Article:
The reflective teacher
The most distinctive of these very good teachers is that their practice is the result of careful reflection . . . They themselves learn lessons each time they teach, evaluating what they do and using these self-critical evaluations to adjust what they do next time.
(Why Colleges Succeed, Ofsted 2004, para. 19)
What this chapter is about
Reflective practice ± what is it? Why and how should we do it? Reflection `in' and `on' action
Some models of reflective practice
Using reflection as a basis for improving learning and teaching Writing your personal development journal (PDJ)
Your individual learning plan (ILP)
What makes a good teacher in lifelong learning?
This chapter covers, at least, the following standards:
AS 4; AK 4.2; AP 4.2; AK 4.3; AP 4.3
CK 1.1; CP 1.1; CK 4.1; CP 4.1
DS 3; DK 3.1
What is reflective practice?
The LLUK Professional Standards for teachers, tutors and trainers in the lifelong learning sector state that those working in the sector should value `Reflection and evaluation of their own practice and their continuing professional development as teachers' (AS 4). In addition, their professional knowledge and understanding includes: `Ways to reflect, evaluate and use
TEACHING IN THE LIFELONG LEARNING SECTOR
research to develop own practice and to share good practice with others'. As part of their professional practice, they should: `Share good practice with others and engage in continuing professional development through reflection, evaluation and the appropriate use of research'. Qualified Teacher Learning and Skills status requires trainees to begin the practice of continuing professional development (CPD) right from the start of their training by keeping a development journal. This practice continues after completion of training; all teachers in lifelong learning are required to provide evidence of a minimum of 30 hours CPD each year in order to maintain their licence to practice.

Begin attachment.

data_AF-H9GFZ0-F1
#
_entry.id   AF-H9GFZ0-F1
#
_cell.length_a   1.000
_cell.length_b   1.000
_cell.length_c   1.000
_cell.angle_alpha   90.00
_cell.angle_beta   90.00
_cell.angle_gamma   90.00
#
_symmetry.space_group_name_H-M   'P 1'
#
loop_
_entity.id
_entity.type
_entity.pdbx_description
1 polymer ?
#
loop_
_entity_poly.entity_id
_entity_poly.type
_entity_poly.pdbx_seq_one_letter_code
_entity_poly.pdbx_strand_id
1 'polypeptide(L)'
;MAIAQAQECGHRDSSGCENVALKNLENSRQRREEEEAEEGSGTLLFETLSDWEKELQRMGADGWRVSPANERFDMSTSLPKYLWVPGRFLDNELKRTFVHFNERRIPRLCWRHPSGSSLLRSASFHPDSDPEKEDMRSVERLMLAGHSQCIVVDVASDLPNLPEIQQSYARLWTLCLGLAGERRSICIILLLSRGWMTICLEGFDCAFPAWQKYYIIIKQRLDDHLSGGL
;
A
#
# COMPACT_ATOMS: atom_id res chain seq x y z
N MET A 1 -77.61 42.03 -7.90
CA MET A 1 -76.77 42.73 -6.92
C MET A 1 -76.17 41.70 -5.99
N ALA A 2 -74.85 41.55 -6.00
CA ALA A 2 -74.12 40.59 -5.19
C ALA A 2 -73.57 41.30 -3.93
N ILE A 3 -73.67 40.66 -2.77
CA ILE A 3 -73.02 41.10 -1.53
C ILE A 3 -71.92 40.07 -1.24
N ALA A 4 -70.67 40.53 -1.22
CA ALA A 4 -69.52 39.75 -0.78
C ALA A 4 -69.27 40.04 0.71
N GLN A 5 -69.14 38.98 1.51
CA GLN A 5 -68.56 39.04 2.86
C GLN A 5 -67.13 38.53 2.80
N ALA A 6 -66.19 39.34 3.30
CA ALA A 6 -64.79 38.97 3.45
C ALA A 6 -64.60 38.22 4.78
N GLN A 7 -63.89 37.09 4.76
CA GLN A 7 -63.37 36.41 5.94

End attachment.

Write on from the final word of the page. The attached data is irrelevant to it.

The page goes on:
There is one quality above all that makes a good teacher ± the ability to reflect on what, why and how we do things and to adapt and develop our practice within lifelong learning. Reflection is the key to successful learning for teachers, and for learners. As the LLUK standards make clear reflection is an underpinning value and is the key to becoming a professional teacher. A commonsense view of reflection is that it involves just thinking about things. Perhaps, thinking about the structure of the universe or why you disagreed with your partner last night could be regarded as reflection ± others might consider it nothing more than idle and self-indulgent speculation. Most of us spend time thinking about what we do and the effects we have on others, but we don't always take it a step further and reflect on our actions and make plans to do things differently.
In a professional setting, reflection is:
about linking theory and practice;
to do with learning;
about change and development ± becoming a reflective teacher.
Jenny Moon suggests:
Reflection is a form of mental processing that we use to fulfil a purpose or to achieve some anticipated outcome. It is applied to gain a better understanding of relatively complicated or unstructured ideas and is largely based on the reprocessing of knowledge, understanding and, possibly, emotions that we already possess.
(Moon 2005: 1)
THE REFLECTIVE TEACHER
From `help!' to `second nature'
The process of reflection helps us to monitor our own development from raw beginner to experienced professional. Reynolds's (1965) model of developing competence in social work suggests the stages seen in Figure 1.1. Those of you who recall learning to drive will recognise these stages. Mastering, for example, clutch control is a deliberate practice of trying, sometimes failing, trying again, becoming confident, until it eventually...
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